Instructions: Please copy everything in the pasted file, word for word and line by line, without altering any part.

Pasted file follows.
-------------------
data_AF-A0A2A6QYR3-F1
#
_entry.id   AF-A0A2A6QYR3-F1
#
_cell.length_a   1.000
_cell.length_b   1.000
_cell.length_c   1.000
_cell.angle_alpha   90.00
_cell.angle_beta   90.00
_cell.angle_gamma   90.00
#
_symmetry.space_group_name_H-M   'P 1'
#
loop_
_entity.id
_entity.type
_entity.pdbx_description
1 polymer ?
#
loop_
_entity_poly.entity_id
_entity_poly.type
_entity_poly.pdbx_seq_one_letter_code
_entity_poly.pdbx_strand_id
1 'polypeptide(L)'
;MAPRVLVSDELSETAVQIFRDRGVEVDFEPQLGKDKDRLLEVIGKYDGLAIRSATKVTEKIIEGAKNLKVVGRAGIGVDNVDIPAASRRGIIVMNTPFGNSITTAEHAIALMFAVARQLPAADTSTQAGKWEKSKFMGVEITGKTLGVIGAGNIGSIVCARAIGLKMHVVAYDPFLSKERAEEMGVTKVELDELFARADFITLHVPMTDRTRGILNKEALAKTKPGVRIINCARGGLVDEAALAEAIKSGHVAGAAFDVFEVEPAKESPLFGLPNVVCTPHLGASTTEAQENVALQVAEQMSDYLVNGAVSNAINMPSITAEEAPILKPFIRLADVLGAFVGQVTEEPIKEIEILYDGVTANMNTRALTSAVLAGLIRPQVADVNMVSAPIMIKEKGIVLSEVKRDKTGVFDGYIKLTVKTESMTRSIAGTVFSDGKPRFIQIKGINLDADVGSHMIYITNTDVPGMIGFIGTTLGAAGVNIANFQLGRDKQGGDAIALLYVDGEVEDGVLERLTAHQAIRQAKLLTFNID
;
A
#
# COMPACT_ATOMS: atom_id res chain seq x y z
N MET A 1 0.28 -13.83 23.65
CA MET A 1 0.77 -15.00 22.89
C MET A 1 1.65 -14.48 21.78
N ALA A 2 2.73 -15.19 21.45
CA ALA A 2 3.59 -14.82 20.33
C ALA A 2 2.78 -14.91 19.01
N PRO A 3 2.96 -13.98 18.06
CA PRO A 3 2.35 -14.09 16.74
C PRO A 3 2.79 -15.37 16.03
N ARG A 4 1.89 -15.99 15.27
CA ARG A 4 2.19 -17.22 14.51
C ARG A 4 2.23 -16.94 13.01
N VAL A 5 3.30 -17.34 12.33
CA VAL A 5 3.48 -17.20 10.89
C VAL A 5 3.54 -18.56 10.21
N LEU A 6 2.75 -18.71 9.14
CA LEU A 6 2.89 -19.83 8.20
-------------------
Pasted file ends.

data_AF-A0A2A6QYR3-F1
#
_entry.id   AF-A0A2A6QYR3-F1
#
_cell.length_a   1.000
_cell.length_b   1.000
_cell.length_c   1.000
_cell.angle_alpha   90.00
_cell.angle_beta   90.00
_cell.angle_gamma   90.00
#
_symmetry.space_group_name_H-M   'P 1'
#
loop_
_entity.id
_entity.type
_entity.pdbx_description
1 polymer ?
#
loop_
_entity_poly.entity_id
_entity_poly.type
_entity_poly.pdbx_seq_one_letter_code
_entity_poly.pdbx_strand_id
1 'polypeptide(L)'
;MAPRVLVSDELSETAVQIFRDRGVEVDFEPQLGKDKDRLLEVIGKYDGLAIRSATKVTEKIIEGAKNLKVVGRAGIGVDNVDIPAASRRGIIVMNTPFGNSITTAEHAIALMFAVARQLPAADTSTQAGKWEKSKFMGVEITGKTLGVIGAGNIGSIVCARAIGLKMHVVAYDPFLSKERAEEMGVTKVELDELFARADFITLHVPMTDRTRGILNKEALAKTKPGVRIINCARGGLVDEAALAEAIKSGHVAGAAFDVFEVEPAKESPLFGLPNVVCTPHLGASTTEAQENVALQVAEQMSDYLVNGAVSNAINMPSITAEEAPILKPFIRLADVLGAFVGQVTEEPIKEIEILYDGVTANMNTRALTSAVLAGLIRPQVADVNMVSAPIMIKEKGIVLSEVKRDKTGVFDGYIKLTVKTESMTRSIAGTVFSDGKPRFIQIKGINLDADVGSHMIYITNTDVPGMIGFIGTTLGAAGVNIANFQLGRDKQGGDAIALLYVDGEVEDGVLERLTAHQAIRQAKLLTFNID
;
A
#
# COMPACT_ATOMS: atom_id res chain seq x y z
N MET A 1 0.28 -13.83 23.65
CA MET A 1 0.77 -15.00 22.89
C MET A 1 1.65 -14.48 21.78
N ALA A 2 2.73 -15.19 21.45
CA ALA A 2 3.59 -14.82 20.33
C ALA A 2 2.78 -14.91 19.01
N PRO A 3 2.96 -13.98 18.06
CA PRO A 3 2.35 -14.09 16.74
C PRO A 3 2.79 -15.37 16.03
N ARG A 4 1.89 -15.99 15.27
CA ARG A 4 2.19 -17.22 14.51
C ARG A 4 2.23 -16.94 13.01
N VAL A 5 3.30 -17.34 12.33
CA VAL A 5 3.48 -17.20 10.89
C VAL A 5 3.54 -18.56 10.21
N LEU A 6 2.75 -18.71 9.14
CA LEU A 6 2.89 -19.83 8.20